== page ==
Twenty years ago, a plunge into major depression led to the loss of my successful engineering career, home, and partner. I was 34 years old and didn’t know how I would go on. I frantically tried to regain my health, desperately following any advice given. Nothing worked. I lived in the Maine woods for a year, moved to Peaks Island, and eventually landed at McGeachey Hall.

There I began working with psychiatrist George McNeil.

Dr. McNeil gave me what I needed most – the sense of being heard.

Our appointments always felt more like a social visit than a therapy session. I began weaving together wisps of life in this magical place – photography, writing, becoming active in the community. I would arrive all bent out of shape and in fighting mode; 45 minutes later I was a lamb and feeling better.

Of course, it would never last because the illness always crept back in. I couldn’t figure out what Dr. McNeil had done, but it didn’t matter. I kept coming back. I was drawn to something of normalcy, kindness. I felt valued, worthy, honored. He never made me feel less than.

The simple act of taking my coat at the beginning of each and every visit was unnoticeable at first. I was unaware of the effect, but there was care, worthiness and chivalry.


Somehow, I learned to be human again. Somehow I began to create habits for myself and grew a life I wanted. As my self-worth got woven together, I began to care.

I learned there are things I have control over and things I don’t. Wisdom is finding that edge, and allowing others to help you stabilize and manage as best you can while the illness takes you up, down and all around.

It’s like sailing on the ocean. It is about weathering whatever the storm brings and believing you can make it, because someone believes in you.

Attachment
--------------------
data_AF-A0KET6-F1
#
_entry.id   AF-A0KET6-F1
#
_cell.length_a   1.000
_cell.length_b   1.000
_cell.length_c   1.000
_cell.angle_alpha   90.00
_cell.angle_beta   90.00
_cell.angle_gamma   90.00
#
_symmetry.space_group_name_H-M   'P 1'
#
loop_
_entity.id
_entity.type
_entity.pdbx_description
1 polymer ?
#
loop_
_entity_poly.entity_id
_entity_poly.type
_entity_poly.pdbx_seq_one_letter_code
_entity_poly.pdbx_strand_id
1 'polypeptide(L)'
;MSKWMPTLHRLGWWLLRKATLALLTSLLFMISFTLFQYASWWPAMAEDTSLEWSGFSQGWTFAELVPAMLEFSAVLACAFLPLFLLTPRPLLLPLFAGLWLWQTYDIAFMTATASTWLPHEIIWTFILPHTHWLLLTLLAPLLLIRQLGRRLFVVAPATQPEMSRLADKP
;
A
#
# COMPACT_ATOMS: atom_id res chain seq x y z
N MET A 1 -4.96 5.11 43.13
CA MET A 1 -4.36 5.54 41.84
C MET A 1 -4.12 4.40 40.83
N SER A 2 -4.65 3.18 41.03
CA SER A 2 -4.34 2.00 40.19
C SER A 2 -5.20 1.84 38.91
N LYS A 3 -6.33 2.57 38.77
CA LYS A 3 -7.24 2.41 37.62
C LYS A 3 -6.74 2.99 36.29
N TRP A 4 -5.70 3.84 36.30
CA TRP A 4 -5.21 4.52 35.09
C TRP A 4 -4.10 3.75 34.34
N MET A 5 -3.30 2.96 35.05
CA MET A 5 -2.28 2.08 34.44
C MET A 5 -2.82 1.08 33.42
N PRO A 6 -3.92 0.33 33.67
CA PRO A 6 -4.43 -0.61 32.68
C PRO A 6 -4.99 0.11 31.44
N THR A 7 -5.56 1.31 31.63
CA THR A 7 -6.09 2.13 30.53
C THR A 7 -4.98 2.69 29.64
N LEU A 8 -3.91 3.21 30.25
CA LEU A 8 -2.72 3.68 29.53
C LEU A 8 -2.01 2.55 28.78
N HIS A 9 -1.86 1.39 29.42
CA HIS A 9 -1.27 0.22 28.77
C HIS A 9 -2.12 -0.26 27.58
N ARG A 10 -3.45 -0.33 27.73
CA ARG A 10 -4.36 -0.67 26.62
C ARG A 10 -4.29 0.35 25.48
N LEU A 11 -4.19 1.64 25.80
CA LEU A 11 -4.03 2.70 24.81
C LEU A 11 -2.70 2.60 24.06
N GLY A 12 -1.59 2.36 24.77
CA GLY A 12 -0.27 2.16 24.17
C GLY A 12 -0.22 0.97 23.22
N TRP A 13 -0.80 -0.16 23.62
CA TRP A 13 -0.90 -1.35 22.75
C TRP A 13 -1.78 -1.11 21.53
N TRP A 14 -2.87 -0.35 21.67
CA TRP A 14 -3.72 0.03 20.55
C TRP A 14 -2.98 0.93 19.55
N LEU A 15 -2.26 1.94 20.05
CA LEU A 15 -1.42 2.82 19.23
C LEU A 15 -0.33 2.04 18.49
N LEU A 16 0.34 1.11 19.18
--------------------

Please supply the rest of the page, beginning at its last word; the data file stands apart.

With Dr. McNeil’s help, I got better. I am not cured. My moods still swing. My symptoms still flare. But I now know how to surround myself with good souls who hold my hand while I try to balance on the seesaw of bipolar disorder. And I have tools in my wellness toolbox.

One of these tools is the solid friendships I have gathered around me. They are as important to me as the meds and strategies I use to stay as well as possible. Despite living 3,000 miles away in England, my friend, Marty, has become the dearest of all. We talk by phone or through Skype every day; if not for Marty, I am certain I would not be alive. Deep depression would have swallowed me whole. (A plus for me is that Marty has since been trained in Mental Health First Aid and suicide intervention.)

Because of the geographic distance between us, Marty and I use technology and social media to stay in touch and build a supportive relationship. One day early in our friendship, Marty told me I was stuck with him. I replied, “like gum on my shoe?” In time, we created an online project, “Gum on my Shoe,” to share our unique approaches and practical tips to support and encourage a friend living with mental illness and promote self-care, kindness and compassion. In addition to a website, blog and social media sites, we are also writing a book about our experience with the intent of helping others with mental illness – and those who care about them.

Dr. McNeil retired this year. I have a new psychiatrist on the team, together with Marty and those other friends and professionals who provide me with what I need to stay whole. They believe in me. They hold my hand and help me through the tough spots.

With friends who care, I have enough to handle the highs and lows. Despite having serious mental illness, I have a life that works.

Mental Illness Awareness Week is Oct. 5 – 11. There are more than 50,000 adults and 13,000 children in Maine who are living with serious mental illness (NAMI, 2010). Reach out and show you care. Friendship is good medicine and being present is the greatest gift of all.

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